Have you heard about Brisbane in San Mateo County, population 4,700, where legislators are threatening new regulations if local voters don’t change their General Plan? Why should you care? Because, if legislative trends continue, local voters’ wishes everywhere will be trampled.
Universal Paragon Corp. (UPC) has pushed to develop Brisbane Baylands for 12 years. It proposes 2,200 housing units and 7 million square feet (121 football fields) of commercial space on former railyard and sanitary landfill.
Brisbane residents — like any community with history, character, and pride — have resisted, based on concerns about toxicity, traffic, sea-level rise and infrastructure like water and schools’ capacity. The City Council recently voted 4-1 to amend its General Plan to favor UPC but agreed to put it to a vote in this fall’s election.
You might think a public vote would be the end of the story. But Brisbane’s Sen. Jerry Hill and Sen. Scott Wiener disagree. Wiener, author of SB 827 and SB 828, is also the force behind SB 35, one of 14 bills passed in 2017 that makes it easier for developers to build high-density housing, while dismantling local regulations of the General Plan, Housing Element, Design Review and California Environmental Quality Act requirements.
If voters reject the amendment, Wiener and Hill threaten to introduce legislation that would force Brisbane to comply.
This push to reduce local control is nothing new. In 1989, the U.S. Department of Housing and Urban Development published the Not-In-My-Backyard (NIMBY) Report that contended local planning and zoning control were an impediment to affordable housing and private, for-profit development. Recently, big business, developers and big banking have backed a national Yes-In-My-Backyard (YIMBY) campaign.
UPC, taking a page from the YIMBY playbook, writes, “The region is in a housing crisis and every jurisdiction, including Brisbane, has an obligation to help meet the region’s housing needs.”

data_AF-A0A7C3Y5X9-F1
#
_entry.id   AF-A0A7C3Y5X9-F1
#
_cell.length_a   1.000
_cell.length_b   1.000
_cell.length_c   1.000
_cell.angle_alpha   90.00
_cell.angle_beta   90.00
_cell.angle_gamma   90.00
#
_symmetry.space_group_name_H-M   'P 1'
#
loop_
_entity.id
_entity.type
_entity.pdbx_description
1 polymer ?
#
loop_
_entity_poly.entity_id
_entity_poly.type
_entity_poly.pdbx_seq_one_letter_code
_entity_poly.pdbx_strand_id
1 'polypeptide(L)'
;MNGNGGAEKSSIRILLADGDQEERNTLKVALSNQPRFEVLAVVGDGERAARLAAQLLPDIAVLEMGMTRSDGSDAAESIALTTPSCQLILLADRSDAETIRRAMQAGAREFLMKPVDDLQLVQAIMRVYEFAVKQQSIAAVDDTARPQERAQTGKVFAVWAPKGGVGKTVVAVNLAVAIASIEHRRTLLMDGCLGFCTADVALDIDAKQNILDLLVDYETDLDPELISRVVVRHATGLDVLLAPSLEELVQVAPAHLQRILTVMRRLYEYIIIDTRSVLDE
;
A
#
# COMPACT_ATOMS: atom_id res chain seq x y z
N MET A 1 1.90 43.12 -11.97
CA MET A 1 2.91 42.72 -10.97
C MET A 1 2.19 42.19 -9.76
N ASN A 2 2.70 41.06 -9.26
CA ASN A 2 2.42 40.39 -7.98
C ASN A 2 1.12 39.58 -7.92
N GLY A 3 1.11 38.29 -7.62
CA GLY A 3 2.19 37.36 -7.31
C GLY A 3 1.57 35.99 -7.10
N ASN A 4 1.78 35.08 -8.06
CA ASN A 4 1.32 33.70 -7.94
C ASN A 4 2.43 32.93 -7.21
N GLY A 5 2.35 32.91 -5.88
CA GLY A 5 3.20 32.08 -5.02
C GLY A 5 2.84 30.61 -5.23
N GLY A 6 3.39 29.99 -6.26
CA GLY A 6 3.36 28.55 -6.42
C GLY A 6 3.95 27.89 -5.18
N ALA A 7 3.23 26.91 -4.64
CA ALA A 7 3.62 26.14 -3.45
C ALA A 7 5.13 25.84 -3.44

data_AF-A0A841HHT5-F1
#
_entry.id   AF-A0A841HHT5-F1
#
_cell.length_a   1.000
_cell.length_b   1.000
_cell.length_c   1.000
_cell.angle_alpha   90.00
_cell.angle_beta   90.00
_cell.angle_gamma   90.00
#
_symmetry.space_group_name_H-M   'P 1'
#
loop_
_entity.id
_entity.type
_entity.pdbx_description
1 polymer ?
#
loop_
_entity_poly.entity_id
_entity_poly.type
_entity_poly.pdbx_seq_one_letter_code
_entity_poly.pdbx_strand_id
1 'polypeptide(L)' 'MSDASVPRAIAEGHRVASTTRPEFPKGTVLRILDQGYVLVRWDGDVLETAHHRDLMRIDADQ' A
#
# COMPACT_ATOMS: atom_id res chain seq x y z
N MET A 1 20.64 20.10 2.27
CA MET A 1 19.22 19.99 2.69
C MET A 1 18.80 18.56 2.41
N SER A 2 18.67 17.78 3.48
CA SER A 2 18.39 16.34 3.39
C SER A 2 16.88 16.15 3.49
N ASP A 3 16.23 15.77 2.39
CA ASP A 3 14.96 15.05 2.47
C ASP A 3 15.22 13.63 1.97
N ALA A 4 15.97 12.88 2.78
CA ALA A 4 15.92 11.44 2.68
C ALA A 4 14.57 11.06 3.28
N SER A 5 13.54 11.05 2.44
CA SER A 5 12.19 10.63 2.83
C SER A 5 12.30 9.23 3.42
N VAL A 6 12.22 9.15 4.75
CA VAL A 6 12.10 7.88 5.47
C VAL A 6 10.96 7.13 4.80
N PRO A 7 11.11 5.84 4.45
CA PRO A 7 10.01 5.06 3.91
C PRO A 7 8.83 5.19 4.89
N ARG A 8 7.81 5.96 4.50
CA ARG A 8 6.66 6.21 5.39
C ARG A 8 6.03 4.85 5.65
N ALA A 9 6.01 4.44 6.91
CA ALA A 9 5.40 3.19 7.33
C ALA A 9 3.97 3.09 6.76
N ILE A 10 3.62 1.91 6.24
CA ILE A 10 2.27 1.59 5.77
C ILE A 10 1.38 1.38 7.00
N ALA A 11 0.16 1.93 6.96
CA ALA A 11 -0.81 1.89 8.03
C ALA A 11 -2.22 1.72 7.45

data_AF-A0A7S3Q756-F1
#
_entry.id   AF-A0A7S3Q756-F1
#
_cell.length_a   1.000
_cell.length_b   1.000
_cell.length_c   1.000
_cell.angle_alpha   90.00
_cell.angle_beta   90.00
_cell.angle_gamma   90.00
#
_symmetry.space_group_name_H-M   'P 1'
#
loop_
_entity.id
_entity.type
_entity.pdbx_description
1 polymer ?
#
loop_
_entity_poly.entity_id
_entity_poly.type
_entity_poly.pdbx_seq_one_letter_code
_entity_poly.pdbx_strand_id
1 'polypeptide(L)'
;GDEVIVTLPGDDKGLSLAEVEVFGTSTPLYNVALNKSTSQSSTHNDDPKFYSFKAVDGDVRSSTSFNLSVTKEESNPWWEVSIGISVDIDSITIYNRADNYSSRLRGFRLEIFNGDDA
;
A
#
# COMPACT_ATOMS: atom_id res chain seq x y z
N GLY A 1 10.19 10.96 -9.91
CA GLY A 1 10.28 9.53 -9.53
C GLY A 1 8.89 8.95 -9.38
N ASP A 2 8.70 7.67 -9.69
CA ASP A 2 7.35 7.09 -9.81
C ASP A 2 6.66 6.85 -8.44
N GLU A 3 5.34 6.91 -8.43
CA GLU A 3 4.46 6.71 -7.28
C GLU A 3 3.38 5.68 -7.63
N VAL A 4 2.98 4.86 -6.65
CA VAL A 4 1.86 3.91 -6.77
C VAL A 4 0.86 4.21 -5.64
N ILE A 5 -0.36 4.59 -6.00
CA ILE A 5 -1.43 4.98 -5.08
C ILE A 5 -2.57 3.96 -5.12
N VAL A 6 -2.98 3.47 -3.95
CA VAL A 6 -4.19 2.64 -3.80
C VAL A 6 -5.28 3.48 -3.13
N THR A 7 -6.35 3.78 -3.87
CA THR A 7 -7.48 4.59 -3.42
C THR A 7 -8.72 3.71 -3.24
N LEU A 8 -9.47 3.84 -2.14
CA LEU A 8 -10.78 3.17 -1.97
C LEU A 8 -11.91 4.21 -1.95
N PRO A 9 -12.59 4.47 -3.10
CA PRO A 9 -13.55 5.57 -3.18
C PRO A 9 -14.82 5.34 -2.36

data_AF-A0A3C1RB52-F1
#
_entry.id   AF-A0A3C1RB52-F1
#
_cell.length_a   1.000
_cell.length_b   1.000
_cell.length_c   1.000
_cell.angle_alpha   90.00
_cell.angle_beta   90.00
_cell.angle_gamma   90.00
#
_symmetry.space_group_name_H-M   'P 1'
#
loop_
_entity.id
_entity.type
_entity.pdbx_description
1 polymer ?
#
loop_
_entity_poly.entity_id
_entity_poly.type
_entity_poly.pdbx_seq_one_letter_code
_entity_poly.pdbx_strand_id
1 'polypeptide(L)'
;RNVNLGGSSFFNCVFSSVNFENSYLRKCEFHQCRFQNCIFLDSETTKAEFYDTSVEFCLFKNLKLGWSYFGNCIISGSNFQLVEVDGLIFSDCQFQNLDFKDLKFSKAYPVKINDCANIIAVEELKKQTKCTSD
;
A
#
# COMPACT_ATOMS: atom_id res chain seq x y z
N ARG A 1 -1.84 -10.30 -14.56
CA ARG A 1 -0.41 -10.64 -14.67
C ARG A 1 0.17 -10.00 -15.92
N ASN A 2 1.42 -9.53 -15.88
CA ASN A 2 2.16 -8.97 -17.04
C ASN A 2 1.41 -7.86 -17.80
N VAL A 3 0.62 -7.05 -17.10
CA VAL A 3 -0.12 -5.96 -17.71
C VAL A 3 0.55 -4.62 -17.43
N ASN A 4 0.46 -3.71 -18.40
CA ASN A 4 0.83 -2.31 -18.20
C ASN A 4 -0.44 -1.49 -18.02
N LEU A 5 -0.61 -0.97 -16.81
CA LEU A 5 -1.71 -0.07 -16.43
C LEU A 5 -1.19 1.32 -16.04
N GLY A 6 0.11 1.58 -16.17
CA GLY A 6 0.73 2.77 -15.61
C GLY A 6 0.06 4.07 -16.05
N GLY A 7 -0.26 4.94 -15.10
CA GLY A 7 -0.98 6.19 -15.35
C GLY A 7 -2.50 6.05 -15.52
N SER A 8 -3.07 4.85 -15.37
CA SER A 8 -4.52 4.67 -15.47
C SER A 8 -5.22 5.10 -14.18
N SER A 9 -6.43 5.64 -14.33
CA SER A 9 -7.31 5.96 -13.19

Really? Why is tiny Brisbane responsible?
It’s time to change this housing narrative from “crisis” — requiring heavy-handed, top-down “solutions” — to a collaborative approach that respects the voices of people who live with the impacts of decisions.
Before the Great Depression, President Calvin Coolidge said, “The business of America is business.” It’s still true: Big business is doing its job when it generates profits for shareholders. After the Depression, brought on by the shenanigans of big business, Franklin D. Roosevelt reminded the country, “The ultimate rulers of our democracy are not ... congressmen and government officials, but the voters.”
The core question then is who has the right to decide the future: the people in the community who pay taxes, raise families and strive to protect their environment, or the legislators who pass laws to benefit big business that measure success by profit margins, externalizing expenses, reducing taxes, seeking subsidies — and making campaign contributions?
What is the new narrative? There is a housing problem, but the crisis is the legislative strong arm to dismantle local control, which destroys democracy.
The tide is turning. New York Times columnist David Brooks on July 19 wrote “The Localist Revolution” about a national trend to flip the power structure away from centralized control.
Locally, the trend is taking hold. The newly formed Tri-Valley Coalition (Pleasanton, Livermore, Dublin and Danville) is battling state legislation that strips their cities of local control. Redondo Beach Mayor Bill Brand and former Beverly Hills mayor John Mirisch are drafting a ballot initiative to restore local democracy. And Livable California, a nine-county coalition with ties to Los Angeles community groups, is educating the public, supporting candidates and advocating for sound public policy.
Whether it’s Brisbane or your community, it’s the will of the people that matters. Elected officials who disagree should be voted out of office.
Susan Kirsch of Mill Valley is chair of Livable California and a former candidate for the Marin County Board of Supervisors.